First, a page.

Overall, I would say the film was pretty good but I wasn't blown away by it. If it comes down to it and Slumdogs for Best Picture, though, I'd much rather it win than Slumdogs.

Glenn said...

Yeah, I'm not understanding the Taraji Henson love. It's like a stock african-american part from the black and white era. I didn't really get anything from her other than she's a sassy black momma.

ryan said...

button holed i admire your fearless take down even though I disagree with some of it (I am a huge Tilda admirer but I thought her scenes here were among the weakest... the movie had so many tangents and i know he was trying to pull it all together in the end but it didn't work for me.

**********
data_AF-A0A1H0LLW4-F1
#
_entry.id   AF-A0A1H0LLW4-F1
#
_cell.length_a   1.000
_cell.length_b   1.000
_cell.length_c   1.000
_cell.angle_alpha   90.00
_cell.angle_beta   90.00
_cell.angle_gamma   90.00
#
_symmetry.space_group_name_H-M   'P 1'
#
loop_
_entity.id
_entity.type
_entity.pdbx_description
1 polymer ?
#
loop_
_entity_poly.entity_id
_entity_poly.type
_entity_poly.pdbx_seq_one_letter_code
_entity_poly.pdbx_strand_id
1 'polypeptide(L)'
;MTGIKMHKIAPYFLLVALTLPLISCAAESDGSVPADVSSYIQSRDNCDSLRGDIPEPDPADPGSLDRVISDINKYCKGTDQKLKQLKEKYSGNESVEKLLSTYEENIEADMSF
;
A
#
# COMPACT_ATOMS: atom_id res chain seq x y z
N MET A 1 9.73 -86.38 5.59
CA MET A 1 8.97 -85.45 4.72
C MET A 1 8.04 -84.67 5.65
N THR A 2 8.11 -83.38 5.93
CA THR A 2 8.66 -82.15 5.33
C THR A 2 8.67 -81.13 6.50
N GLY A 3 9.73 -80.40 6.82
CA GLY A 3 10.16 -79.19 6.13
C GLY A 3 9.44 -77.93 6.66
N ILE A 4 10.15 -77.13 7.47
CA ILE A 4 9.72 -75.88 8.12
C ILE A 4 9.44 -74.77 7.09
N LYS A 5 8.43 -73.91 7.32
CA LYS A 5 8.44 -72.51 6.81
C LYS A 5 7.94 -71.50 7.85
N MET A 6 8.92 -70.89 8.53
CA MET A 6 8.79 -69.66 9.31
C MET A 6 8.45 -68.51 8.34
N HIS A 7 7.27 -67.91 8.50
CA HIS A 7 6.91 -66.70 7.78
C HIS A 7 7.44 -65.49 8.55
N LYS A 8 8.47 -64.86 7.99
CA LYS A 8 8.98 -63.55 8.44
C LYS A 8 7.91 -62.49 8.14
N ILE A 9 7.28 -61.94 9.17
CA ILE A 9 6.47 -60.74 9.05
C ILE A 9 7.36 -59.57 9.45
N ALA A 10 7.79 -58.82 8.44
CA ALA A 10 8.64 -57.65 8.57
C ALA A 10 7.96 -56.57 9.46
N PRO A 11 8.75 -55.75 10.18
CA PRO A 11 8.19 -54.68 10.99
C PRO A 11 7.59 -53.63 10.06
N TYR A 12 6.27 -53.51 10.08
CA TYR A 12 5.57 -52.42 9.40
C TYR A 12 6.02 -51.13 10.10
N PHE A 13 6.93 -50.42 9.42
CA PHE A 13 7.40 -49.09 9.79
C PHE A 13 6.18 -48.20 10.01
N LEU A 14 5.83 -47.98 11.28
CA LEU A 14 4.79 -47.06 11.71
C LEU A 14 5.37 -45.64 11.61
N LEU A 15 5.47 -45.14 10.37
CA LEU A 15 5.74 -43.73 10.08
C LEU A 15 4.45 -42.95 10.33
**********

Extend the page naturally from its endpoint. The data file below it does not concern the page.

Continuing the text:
still many moments of beauty.

as for "somebody make a movie!" well, people have been making those all year long but it's the precursors --they're my new scapegoat ;) --that convince oscar that movies only exist if they're trying to win Oscars (i.e. the December releases)

Anonymous said...

Loved it. Loved it so much I watched it twice in the same day. Pitt was the heart and soul of this and deserves an oscar nomination. He doesn't have any showy scenes but made me fall in love with Benjamin almost from the beginning. Also Tilda, though she didn't have a lot of screen time deserves a BSA nod. Benjamin and Elizabeth was so much fun to watch. I wish she'd get more love for what she did here. This definitely makes my top 5, probably top 3 for the year.

Button Holed said...